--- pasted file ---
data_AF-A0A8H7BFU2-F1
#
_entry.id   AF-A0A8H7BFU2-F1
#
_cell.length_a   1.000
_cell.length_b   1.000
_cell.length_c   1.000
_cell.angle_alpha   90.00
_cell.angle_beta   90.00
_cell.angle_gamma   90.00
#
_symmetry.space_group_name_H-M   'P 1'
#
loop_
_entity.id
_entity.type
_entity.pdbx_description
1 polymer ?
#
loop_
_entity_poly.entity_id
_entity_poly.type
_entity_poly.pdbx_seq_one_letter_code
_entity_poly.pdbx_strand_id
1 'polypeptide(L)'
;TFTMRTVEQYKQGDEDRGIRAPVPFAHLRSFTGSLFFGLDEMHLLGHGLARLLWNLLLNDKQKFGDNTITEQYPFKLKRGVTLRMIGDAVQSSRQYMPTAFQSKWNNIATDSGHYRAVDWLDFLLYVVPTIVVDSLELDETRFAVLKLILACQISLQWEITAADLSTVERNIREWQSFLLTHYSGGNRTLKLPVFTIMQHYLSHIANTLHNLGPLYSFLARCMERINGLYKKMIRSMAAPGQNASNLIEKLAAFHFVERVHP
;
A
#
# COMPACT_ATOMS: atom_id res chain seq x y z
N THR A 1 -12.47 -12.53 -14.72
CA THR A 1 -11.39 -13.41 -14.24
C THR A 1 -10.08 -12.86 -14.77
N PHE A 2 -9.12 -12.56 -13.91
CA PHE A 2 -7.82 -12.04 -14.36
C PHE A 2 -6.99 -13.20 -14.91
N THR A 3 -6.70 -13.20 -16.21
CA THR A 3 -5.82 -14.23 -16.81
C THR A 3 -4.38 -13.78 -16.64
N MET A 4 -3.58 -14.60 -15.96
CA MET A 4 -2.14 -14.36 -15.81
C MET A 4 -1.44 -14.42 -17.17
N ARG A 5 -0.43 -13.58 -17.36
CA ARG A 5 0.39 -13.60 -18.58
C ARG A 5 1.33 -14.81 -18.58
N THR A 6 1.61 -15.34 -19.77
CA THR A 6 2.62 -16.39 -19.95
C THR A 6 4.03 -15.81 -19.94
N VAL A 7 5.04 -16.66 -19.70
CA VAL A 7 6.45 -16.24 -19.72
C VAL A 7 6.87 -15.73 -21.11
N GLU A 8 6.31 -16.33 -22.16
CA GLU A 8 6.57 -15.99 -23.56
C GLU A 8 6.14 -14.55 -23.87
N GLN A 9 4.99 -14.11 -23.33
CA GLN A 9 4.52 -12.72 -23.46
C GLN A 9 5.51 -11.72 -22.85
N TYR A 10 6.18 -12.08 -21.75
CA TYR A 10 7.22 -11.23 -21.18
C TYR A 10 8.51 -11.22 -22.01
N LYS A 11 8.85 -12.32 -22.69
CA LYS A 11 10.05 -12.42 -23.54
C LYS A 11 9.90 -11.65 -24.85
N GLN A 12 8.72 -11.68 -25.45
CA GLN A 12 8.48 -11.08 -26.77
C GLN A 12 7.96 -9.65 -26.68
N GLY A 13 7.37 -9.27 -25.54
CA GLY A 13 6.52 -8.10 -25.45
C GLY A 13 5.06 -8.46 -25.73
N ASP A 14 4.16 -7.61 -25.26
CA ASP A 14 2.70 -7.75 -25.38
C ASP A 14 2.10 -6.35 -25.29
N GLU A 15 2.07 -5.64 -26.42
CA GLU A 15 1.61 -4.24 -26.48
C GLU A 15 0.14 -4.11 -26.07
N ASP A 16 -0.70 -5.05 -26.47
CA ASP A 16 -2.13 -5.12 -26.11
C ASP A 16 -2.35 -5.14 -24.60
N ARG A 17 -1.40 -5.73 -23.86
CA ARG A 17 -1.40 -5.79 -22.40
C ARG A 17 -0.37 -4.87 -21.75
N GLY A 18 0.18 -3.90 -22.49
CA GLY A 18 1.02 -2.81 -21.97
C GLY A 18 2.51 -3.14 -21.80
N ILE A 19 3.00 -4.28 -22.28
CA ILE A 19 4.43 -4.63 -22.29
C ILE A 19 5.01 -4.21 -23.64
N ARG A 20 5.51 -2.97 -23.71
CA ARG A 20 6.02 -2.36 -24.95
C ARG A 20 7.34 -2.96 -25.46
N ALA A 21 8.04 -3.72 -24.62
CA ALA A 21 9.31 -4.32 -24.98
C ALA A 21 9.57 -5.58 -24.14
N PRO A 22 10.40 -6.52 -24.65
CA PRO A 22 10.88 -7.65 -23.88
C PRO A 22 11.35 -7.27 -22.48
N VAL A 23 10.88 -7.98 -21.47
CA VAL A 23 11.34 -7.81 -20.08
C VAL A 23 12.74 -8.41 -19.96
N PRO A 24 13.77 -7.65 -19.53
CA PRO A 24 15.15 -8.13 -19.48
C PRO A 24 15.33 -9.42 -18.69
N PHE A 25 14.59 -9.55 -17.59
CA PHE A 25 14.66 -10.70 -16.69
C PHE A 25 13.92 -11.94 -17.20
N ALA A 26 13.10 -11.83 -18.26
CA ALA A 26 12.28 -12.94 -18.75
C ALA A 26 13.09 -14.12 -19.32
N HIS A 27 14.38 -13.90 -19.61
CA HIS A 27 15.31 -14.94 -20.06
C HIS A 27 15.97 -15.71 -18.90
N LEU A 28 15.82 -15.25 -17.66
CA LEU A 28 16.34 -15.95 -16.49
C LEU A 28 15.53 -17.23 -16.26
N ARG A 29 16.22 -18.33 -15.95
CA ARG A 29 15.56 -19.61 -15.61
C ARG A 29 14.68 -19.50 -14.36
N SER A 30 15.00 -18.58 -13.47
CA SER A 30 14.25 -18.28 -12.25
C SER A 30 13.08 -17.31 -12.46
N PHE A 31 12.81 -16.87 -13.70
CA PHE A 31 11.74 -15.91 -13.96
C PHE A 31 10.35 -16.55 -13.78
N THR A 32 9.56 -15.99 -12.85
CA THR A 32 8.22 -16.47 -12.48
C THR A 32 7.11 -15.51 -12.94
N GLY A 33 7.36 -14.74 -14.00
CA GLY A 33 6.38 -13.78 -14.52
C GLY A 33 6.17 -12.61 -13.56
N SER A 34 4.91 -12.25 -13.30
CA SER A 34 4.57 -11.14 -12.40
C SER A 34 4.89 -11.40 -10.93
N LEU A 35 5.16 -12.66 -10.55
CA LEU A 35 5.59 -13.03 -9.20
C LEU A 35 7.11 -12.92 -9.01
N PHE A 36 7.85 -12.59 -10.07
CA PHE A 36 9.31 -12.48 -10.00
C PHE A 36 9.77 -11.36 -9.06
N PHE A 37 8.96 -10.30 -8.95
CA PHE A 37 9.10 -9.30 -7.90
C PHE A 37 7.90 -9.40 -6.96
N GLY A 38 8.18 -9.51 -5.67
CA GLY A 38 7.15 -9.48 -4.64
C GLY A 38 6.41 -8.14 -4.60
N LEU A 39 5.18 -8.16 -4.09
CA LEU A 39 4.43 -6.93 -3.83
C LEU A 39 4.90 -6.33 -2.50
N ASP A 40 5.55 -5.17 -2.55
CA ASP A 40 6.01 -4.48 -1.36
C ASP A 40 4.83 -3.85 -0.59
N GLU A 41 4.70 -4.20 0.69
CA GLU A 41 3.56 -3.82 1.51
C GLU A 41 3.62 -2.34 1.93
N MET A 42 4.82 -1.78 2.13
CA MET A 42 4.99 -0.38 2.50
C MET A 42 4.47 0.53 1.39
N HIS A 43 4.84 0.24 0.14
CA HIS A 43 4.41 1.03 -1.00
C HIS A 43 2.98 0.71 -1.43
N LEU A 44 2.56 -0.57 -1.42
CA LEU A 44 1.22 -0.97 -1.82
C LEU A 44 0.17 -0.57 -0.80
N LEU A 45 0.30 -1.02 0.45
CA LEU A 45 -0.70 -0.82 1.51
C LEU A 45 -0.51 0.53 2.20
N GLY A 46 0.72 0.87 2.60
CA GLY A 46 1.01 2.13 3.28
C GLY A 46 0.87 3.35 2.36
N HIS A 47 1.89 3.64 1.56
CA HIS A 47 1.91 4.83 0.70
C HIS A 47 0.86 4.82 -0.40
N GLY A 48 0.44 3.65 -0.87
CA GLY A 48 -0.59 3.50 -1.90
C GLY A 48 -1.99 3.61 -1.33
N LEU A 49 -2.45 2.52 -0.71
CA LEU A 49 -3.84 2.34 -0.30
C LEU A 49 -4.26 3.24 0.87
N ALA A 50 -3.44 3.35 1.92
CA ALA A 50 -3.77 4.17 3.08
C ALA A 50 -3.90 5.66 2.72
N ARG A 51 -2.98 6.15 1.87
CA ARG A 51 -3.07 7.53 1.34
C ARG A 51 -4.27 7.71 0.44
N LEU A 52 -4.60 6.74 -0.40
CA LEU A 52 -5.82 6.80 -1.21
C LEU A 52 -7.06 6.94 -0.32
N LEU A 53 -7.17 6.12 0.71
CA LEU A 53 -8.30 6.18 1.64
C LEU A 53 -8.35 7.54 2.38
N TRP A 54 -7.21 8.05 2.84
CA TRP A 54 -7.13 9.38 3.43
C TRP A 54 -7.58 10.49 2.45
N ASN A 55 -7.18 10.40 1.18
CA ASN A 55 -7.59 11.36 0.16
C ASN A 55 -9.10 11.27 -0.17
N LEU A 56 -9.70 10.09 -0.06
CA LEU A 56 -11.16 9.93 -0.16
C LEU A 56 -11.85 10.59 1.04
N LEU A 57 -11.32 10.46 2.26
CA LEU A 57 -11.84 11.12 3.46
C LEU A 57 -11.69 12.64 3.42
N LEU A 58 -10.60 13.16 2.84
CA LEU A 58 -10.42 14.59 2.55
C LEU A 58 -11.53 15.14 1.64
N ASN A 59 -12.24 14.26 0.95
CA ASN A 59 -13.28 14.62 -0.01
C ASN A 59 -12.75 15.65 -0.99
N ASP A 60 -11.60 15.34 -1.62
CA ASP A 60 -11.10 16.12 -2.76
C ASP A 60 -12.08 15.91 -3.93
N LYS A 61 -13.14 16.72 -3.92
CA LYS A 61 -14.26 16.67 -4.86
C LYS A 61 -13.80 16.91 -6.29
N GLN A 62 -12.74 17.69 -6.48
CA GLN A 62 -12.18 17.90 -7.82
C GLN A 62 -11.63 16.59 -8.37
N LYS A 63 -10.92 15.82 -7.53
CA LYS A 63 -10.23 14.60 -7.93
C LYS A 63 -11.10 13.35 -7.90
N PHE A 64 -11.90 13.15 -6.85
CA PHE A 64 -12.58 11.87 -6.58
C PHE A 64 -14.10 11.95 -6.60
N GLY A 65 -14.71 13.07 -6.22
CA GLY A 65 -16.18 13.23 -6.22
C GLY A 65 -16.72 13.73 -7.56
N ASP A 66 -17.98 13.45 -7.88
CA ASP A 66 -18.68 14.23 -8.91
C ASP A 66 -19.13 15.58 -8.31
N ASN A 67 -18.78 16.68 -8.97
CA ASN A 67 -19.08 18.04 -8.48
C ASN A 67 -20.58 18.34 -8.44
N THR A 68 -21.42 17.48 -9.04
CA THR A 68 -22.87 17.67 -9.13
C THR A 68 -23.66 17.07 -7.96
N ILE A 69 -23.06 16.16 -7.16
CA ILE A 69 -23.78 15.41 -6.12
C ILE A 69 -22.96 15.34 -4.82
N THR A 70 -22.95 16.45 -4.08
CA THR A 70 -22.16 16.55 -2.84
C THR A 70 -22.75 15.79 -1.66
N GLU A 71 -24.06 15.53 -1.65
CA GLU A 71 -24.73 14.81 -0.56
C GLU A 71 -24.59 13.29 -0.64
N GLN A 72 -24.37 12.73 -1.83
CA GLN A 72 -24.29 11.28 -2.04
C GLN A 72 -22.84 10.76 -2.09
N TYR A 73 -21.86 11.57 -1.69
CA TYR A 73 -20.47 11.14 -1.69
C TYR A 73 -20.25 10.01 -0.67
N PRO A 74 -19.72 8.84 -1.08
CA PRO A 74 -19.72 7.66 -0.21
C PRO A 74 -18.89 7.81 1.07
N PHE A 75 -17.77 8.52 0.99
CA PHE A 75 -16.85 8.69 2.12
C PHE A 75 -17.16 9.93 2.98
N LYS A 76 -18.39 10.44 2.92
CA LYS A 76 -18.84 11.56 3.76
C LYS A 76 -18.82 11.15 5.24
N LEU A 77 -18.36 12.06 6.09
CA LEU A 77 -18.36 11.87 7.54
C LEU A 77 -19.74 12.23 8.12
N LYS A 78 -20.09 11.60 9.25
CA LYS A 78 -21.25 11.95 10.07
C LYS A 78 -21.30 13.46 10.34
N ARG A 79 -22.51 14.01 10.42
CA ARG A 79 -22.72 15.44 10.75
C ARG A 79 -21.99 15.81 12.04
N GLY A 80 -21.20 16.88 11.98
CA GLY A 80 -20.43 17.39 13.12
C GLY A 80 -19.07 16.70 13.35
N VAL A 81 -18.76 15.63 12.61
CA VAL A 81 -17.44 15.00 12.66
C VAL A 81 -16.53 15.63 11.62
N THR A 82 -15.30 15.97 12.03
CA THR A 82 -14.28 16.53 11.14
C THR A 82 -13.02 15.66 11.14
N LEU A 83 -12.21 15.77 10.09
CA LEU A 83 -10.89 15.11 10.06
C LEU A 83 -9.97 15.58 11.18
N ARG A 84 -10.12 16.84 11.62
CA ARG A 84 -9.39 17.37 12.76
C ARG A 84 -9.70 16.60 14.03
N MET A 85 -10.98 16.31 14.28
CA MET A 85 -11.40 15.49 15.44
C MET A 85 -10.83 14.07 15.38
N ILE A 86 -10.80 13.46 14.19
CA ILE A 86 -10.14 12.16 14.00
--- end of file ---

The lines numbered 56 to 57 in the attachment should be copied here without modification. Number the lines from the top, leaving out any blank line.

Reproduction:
CA GLN A 9 4.52 -12.72 -23.46
C GLN A 9 5.51 -11.72 -22.85